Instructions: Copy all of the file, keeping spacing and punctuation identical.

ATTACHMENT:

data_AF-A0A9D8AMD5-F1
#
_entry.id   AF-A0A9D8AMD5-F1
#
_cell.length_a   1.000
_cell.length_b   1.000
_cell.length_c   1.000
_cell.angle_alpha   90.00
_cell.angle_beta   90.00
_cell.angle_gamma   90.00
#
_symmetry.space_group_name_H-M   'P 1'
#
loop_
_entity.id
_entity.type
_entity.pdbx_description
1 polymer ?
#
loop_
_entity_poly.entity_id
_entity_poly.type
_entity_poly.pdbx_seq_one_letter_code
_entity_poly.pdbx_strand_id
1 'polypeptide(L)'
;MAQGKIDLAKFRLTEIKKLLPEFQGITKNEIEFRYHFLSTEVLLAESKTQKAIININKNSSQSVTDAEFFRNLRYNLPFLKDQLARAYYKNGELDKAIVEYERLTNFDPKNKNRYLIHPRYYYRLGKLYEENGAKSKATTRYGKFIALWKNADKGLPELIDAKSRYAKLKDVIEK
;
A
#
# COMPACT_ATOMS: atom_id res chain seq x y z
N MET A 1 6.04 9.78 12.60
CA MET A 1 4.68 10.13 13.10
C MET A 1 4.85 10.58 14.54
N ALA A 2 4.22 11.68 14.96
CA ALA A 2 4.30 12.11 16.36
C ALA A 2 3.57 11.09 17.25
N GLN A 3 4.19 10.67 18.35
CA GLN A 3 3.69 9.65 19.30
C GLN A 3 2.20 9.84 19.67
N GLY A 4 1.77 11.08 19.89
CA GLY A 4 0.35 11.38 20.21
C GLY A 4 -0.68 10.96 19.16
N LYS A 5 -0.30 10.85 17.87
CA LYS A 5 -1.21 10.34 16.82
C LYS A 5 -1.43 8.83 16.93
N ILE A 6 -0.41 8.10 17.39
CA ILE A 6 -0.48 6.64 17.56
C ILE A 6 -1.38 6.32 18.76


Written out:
data_AF-A0A9D8AMD5-F1
#
_entry.id   AF-A0A9D8AMD5-F1
#
_cell.length_a   1.000
_cell.length_b   1.000
_cell.length_c   1.000
_cell.angle_alpha   90.00
_cell.angle_beta   90.00
_cell.angle_gamma   90.00
#
_symmetry.space_group_name_H-M   'P 1'
#
loop_
_entity.id
_entity.type
_entity.pdbx_description
1 polymer ?
#
loop_
_entity_poly.entity_id
_entity_poly.type
_entity_poly.pdbx_seq_one_letter_code
_entity_poly.pdbx_strand_id
1 'polypeptide(L)'
;MAQGKIDLAKFRLTEIKKLLPEFQGITKNEIEFRYHFLSTEVLLAESKTQKAIININKNSSQSVTDAEFFRNLRYNLPFLKDQLARAYYKNGELDKAIVEYERLTNFDPKNKNRYLIHPRYYYRLGKLYEENGAKSKATTRYGKFIALWKNADKGLPELIDAKSRYAKLKDVIEK
;
A
#
# COMPACT_ATOMS: atom_id res chain seq x y z
N MET A 1 6.04 9.78 12.60
CA MET A 1 4.68 10.13 13.10
C MET A 1 4.85 10.58 14.54
N ALA A 2 4.22 11.68 14.96
CA ALA A 2 4.30 12.11 16.36
C ALA A 2 3.57 11.09 17.25
N GLN A 3 4.19 10.67 18.35
CA GLN A 3 3.69 9.65 19.30
C GLN A 3 2.20 9.84 19.67
N GLY A 4 1.77 11.08 19.89
CA GLY A 4 0.35 11.38 20.21
C GLY A 4 -0.68 10.96 19.16
N LYS A 5 -0.30 10.85 17.87
CA LYS A 5 -1.21 10.34 16.82
C LYS A 5 -1.43 8.83 16.93
N ILE A 6 -0.41 8.10 17.39
CA ILE A 6 -0.48 6.64 17.56
C ILE A 6 -1.38 6.32 18.76